Stretching has been part of sports for a long time. First, it was a mainstay before any exercise activity and was usually referred to as “calisthenics,” involving activities like jumping jacks, push-ups, knee bends, or sit-ups, to name a few. Then a new trend developed, “stretching after activity.” This actually made sense to give the athlete the opportunity to stretch the tightened muscles and joints after activity to increase ranges of motion and reduce soreness.
With the advances of technology and research, numerous studies have been conducted on the pros and cons of stretching in injury reduction and performance enhancing. Many of these studies have found that there is no actual benefit in stretching prior to activities and, in some cases, it actually inhibits performance when an athlete overstretches a muscle or muscle group.
However, some factors need to be considered when we look at these studies. Most were performed on athletes who were already conditioned, like experienced runners, for example. A typical runner would perform a short stretch of the lower leg muscles and begin the run—starting at a slower pace to stimulate circulation, loosen joints and muscles. Then, gradually increasing the pace to his or her training level, the runner would finally end the work out with a cool down period and more thorough stretching designed to loosen tight muscles and joints. As we look at the above scenario, it seems the purpose is not to stretch muscles, but the joints. From a physiology standpoint, if we were to tear muscle tissue, we know the end result would be swelling, tissue discoloration and possible palpable mass (hematoma). The ultimate tightness that may or may not develop within the muscle comes from the repetitive concentric and eccentric contraction of the muscle.
Perhaps the real answer to reducing injury is through the generalized easy jog or “warm-up” to loosen up the structural joints: ankle, knee, hip, spine, shoulder, elbow and wrist. Consider the anatomy of these joints; most are enclosed by a capsular ligament which—like any other ligamentous tissue—when overstretched from a specific trauma or repetitive trauma, results in a pain syndrome.
Anatomy-wise, we know muscle tissue—due to its high blood and nerve supply—heals quicker than tendonous and ligamentous tissue. The secret to stretching could be stimulating a slight stretch on the capsules, not major muscle groups. A good example of this is the patient who enters our office with a “frozen shoulder.” When we muscle test the patient’s rotator cuff muscles, it may produce pain on specific movements, but we feel resistance and a positive end point. Usually these are negative on MRI of any tearing of muscle tissue, so what is creating his pain and restricted ranges of motion?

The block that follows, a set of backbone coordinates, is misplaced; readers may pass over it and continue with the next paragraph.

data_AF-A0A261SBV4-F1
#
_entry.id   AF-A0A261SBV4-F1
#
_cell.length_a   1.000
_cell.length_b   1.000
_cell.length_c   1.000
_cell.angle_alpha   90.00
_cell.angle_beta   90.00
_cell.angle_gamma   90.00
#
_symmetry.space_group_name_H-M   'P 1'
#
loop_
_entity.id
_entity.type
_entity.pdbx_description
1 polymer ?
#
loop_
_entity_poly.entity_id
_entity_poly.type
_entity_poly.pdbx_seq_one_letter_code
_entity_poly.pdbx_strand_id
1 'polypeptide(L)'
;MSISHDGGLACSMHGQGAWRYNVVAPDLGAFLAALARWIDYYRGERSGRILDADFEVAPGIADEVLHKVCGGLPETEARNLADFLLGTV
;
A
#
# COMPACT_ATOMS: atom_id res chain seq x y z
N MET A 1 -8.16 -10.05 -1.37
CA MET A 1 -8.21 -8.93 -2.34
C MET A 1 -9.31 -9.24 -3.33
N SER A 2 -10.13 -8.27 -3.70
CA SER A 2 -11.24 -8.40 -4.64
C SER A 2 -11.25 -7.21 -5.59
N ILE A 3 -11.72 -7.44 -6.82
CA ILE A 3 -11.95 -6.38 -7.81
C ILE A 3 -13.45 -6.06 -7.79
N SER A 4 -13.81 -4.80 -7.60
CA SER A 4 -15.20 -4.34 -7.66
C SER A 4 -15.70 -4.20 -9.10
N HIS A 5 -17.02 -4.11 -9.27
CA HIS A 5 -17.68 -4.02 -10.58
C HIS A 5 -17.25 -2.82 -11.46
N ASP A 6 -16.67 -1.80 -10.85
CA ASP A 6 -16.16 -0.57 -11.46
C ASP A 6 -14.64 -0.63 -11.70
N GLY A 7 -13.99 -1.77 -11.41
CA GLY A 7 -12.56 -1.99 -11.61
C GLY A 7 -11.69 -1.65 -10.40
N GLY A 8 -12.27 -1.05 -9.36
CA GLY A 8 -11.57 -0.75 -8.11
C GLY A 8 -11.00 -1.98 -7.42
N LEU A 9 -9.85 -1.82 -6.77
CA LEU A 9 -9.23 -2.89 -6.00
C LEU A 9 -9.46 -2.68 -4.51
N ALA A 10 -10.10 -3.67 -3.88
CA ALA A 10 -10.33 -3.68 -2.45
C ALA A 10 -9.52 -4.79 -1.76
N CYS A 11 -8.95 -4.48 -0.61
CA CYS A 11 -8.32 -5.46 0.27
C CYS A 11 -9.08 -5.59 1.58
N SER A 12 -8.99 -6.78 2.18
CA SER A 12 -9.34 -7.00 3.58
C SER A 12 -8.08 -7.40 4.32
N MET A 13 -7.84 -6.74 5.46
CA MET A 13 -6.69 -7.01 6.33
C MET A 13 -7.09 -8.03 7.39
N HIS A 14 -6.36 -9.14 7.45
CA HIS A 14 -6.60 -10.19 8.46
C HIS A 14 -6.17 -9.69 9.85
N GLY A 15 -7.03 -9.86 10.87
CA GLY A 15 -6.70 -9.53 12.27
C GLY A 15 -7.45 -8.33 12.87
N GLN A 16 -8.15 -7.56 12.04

Through our consultation, we might identify a precursory movement, like reaching high into a cabinet for something or reaching up to hang a picture on a wall. If the involved joint had not been loosened or been placed in sequences leading up to the movement, it did not take the muscle past its range of motion but actually stressed the capsular ligament.
The majority of our practices are not made up of the conditioned athlete, but of the factory worker, office personnel, and farmer. These patients do repetitive activities; when they overexert a joint, it results in a pain cycle causing them to call their friendly chiropractor.
So, do we instruct our patients to perform certain stretches to avoid injury? The answer varies from patient to patient. If the patient participates in an activity that requires maximum flexibility, like diving, swimming, or gymnastics, we must ensure that they have full ranges of motion in all joints.1 If our patient is an athlete, we may want to recommend certain stretches based on previous injury or measurable restrictions in a specific range of motion, with an emphasis on proper warm-up and stretching afterwards. For our non-athletic patients, we should tailor stretches to their activities of daily living.
A primary consideration for all our patients, in preventing injuries and reaggravation, is to maintain a healthy level of cardiovascular conditioning. Simple activities, such as walking, go a long way in developing a good level of fitness. As Stuart McGill points out, “Only biomechanical overload can cause tissue damage.”2
Some practical tips for helping patients avoid injury:
• If stretches are recommended, have the patient warm-up muscles and joints with a light aerobic activity (walking, jogging, etc.)
• Stretches should be done slowly, holding the stretch for fifteen to thirty seconds and repeated up to two to three times per muscle group
• Tailor stretches to be job or sport specific
• Above all else, make sure the stretch is being performed in a proper movement pattern to not compromise other tissues and joints
A 1980 graduate of Palmer College of Chiropractic, Dr. Kirk Lee is a member of the Palmer College of Chiropractic Post Graduate Faculty and Parker College of Chiropractic Post Graduate Faculty. He has lectured nationwide on sports injuries and the adolescent athlete, and currently practices in Albion, Michigan.
1. Gatorade Sports Science Institute, Sports Science Exchange. Should you Stretch before exercise? Vol. 20, Number 1. 2007.
2. McGill, S, PhD. Ultimate Back Fitness and Performance. Wabuno Publishers. 2004.
3. Alter, M. Understanding Flexibility. Sport Stretch. Human Kinetics. 2000.
4. Anderson, B. Stretching. Shelter Publications. 2000.